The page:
He also mentioned several times how grateful he was to have a good job. He said it in a wistful way that implied if it were a crap job it’d be easier to make the decision he needs to for his career wellbeing.
Hot tip #2, career change isn’t always comfortable, but it doesn’t have to be excruciating
Have you had similar thoughts lately?
It’s difficult to consider leaving a role that suits you really well (or leave a great employer). In fact, you may not have to. It’s intimidating to think you may have to leave your comfort zone to get more of what you want, but there are options that support change without sabotaging what you have today.
Here are some things to think about if you are putting off your career growth needs with “I should be happy” thinking:
Gratitude is important, but when it becomes a reason not to make a change you need, it’s no longer gratitude. There will always be reasons to stay where you are that make good sense, but if you are not happy then that needs to become your priority.
You don’t have to rush into anything you are not comfortable doing, and there are advantages to sitting back and seeing what it is you want to do with your one precious life before jumping into change.
You only get to go on this ride once, make it count.
I had a client ask me the other day what a made a career a “dream career”? Great question, “dream” is a very powerful word, and it means different things to different people.
A dream career is being able to have meaningful work in your profession for an employer who respects you and invests in your potential (or being able to get that kind of work elsewhere whenever you need to).
It all starts with where you work right now and how healthy your current job is for you. It’s not something you likely stopped to think about as you were getting set up in your professional life.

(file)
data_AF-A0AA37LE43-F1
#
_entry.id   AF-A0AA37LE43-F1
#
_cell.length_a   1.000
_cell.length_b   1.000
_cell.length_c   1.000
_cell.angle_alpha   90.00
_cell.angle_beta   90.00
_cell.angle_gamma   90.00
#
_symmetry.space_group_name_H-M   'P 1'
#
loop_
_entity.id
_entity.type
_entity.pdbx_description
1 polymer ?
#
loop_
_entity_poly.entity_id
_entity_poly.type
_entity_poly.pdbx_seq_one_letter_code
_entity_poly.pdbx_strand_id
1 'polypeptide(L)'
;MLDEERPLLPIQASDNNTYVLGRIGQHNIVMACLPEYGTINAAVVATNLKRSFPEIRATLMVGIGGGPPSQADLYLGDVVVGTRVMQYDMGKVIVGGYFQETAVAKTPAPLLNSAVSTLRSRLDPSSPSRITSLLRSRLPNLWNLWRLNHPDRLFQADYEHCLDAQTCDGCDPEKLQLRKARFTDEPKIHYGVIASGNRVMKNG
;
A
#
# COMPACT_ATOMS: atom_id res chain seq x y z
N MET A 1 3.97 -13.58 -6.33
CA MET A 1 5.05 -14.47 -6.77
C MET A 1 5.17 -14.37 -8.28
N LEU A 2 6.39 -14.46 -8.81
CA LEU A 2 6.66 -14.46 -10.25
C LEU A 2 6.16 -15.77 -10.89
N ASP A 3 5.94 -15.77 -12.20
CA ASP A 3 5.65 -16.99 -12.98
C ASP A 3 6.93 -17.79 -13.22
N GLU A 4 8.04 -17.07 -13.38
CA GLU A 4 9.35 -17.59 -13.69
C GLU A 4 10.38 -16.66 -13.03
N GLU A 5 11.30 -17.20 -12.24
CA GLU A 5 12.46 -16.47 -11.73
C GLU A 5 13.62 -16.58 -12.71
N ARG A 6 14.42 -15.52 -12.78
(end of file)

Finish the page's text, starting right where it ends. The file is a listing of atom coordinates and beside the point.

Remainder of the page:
But knowing what makes a job healthy for you is a very important, especially as we move forward into the “new normal” post-pandemic.
So, how is your relationship with your job? Find out using these 8 signs of a healthy job:
Dream careers don’t just happen. Just as with any worthwhile relationship, it’s something you have to work on every day. No one’s career is perfect, but your career can be meaningful and contribute to your healthy lifestyle.
One of the biggest complaints I hear from clients who work from home are the lack of boundaries between home and work. It’s an important topic as you consider how you want to work and live when we emerge from the pandemic.
It’s great to be able to work from your patio or deck (or the cottage) during the summer, but it also “pollutes” those spaces. Rather than getting the relaxation vibe at work, you may accidentally end up creating a work vibe in your relaxation space. Not cool.
You deserve to enjoy the beautiful spaces you’ve created in your home and life. Decks, patios, gardens, balconies, etc. all benefit from seasonal spruce-ups (if not redecorating… or am I the only one watching videos on how to design your outdoor living space...).
Being able to create these kinds of sanctuaries is one of the reasons you work so hard, but they are useless when you don’t have time to enjoy them. I LOVE sitting on my deck in the shade, hearing the wind rustling the leaves of the maples we planted with just this scenario in mind. Our back deck has been a labour of love, and now (many years later), it has changed from a barren sun-burnt lawn to an oasis of calm where I like to spend as much time as I can. But working from it? There is a fine line between living to work and working to live and my deck is the boundary.
So, how do you enjoy the benefits of working from home and keep your sanctuary too?